Richard, earl of Cornwall, 1209–72, second son of King John of England and brother of Henry III. In 1227, following an expedition to Gascony and Poitou, Richard forced Henry to grant him the land and wealth he regarded as his right, as well as the title of earl of Cornwall. He improved his position further by his marriage (1231) to Isabella, daughter of William Marshall, 1st earl of Pembroke. He went on a crusade in 1240 and concluded (1241) a truce with the sultan of Egypt. On Henry's expedition to Poitou in 1242, Richard was barely able to save his brother from complete military disaster. In the 1230s, Richard had often associated himself with the baronial opposition to Henry. However, after his marriage (Isabella having died) to the queen's sister in 1243, he became a faithful supporter of the king and his most sensible adviser. He financed the reform of the coinage in 1247, adding greatly to his already considerable wealth, and acted as regent when Henry was out of the country. Richard refused (1252) Pope Innocent IV's offer of the Sicilian crown (which Henry later accepted for his son Edmund), but in 1257 he had himself elected king of the Romans (i.e., emperor-elect of the Holy Roman Empire). Richard was crowned at Aachen and made three visits to Germany, but was never more than nominal ruler there. When the Barons' War broke out in earnest, Richard was one of Henry's chief supporters. He was captured at the battle of Lewes (1264) and held prisoner until after the battle of Evesham (1265). In the settlement after the war he advised moderation against the rebels.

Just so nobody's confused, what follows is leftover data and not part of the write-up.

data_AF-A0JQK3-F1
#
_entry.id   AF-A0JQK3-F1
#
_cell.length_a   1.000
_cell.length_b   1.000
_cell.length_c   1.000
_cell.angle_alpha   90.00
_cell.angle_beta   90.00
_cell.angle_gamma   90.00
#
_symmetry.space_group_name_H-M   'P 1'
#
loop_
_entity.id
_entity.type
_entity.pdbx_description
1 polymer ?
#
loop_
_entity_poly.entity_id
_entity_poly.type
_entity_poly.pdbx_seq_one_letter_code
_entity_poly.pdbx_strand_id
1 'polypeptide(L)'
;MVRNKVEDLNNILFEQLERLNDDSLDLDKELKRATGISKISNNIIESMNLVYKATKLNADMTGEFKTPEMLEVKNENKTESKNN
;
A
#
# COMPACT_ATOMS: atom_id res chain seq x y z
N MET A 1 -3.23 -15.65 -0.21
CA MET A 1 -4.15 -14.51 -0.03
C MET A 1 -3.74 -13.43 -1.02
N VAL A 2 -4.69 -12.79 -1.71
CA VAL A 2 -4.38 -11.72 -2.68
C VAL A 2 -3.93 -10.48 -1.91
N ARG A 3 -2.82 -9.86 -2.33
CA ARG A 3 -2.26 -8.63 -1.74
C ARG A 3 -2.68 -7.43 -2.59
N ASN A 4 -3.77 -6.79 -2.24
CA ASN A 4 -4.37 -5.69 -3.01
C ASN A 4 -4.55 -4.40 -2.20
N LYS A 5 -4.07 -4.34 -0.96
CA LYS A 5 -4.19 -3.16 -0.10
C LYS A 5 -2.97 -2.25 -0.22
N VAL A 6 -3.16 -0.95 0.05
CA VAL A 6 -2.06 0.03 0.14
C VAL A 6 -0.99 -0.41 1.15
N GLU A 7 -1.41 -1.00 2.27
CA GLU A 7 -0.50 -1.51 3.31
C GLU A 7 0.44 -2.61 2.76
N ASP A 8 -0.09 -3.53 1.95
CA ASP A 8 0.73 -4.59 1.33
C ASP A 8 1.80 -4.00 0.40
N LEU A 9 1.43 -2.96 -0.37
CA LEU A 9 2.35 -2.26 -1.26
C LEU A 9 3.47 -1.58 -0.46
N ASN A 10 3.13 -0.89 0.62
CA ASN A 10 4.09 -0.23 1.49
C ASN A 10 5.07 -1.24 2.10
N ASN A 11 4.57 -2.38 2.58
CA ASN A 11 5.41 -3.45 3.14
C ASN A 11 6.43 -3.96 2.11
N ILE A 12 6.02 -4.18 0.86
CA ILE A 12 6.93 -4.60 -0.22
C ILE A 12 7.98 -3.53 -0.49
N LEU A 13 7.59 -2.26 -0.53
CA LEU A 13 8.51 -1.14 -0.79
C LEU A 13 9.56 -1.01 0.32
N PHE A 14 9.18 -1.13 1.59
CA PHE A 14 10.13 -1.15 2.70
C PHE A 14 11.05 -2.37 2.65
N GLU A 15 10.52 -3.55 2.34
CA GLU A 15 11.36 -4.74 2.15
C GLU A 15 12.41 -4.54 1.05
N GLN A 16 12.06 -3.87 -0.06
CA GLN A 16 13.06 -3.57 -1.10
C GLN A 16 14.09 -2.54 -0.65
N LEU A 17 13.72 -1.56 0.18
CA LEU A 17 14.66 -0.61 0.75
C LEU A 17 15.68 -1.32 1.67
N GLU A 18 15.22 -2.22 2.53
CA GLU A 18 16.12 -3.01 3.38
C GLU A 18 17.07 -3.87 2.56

See biographies by N. Denham-Young (1947) and T. W. E. Roche (1966).
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